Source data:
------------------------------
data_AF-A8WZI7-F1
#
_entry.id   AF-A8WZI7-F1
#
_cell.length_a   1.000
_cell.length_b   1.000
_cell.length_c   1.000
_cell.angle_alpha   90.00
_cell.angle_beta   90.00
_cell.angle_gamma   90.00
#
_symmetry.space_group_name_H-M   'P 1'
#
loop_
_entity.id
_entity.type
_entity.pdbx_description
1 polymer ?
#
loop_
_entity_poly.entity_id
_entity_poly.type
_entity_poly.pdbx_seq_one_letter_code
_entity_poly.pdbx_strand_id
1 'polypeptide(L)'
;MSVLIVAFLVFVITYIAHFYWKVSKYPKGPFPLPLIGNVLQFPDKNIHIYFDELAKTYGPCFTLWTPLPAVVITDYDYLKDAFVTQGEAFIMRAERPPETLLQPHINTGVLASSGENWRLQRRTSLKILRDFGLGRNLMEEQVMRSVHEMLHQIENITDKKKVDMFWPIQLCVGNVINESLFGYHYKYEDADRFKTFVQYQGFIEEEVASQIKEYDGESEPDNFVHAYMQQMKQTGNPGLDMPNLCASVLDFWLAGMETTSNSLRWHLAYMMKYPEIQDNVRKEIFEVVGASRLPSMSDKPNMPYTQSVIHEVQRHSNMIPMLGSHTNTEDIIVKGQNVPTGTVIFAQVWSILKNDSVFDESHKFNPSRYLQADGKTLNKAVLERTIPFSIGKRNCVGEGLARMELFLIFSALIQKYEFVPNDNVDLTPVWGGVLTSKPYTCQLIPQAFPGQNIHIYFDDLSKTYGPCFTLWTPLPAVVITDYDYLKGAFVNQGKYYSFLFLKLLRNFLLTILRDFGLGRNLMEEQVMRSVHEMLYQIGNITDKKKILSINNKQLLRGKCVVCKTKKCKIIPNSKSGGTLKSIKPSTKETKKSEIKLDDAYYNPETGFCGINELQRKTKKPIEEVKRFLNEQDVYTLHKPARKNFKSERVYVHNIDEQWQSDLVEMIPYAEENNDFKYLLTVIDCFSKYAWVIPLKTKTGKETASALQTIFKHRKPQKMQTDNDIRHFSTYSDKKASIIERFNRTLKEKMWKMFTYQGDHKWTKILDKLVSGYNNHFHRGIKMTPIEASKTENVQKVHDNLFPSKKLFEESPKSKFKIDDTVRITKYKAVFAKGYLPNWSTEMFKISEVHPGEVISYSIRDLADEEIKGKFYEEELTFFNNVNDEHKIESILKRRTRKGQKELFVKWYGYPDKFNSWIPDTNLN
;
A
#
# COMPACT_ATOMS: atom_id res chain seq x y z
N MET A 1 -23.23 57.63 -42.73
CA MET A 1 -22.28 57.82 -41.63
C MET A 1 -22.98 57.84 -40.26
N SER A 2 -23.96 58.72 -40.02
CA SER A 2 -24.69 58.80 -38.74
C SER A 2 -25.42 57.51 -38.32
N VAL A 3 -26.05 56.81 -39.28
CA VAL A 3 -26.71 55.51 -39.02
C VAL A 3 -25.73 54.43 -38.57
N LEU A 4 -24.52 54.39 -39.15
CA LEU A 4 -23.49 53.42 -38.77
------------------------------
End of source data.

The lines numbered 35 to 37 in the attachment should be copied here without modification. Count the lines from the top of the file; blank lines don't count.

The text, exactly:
CA SER A 2 -24.69 58.80 -38.74
C SER A 2 -25.42 57.51 -38.32
N VAL A 3 -26.05 56.81 -39.28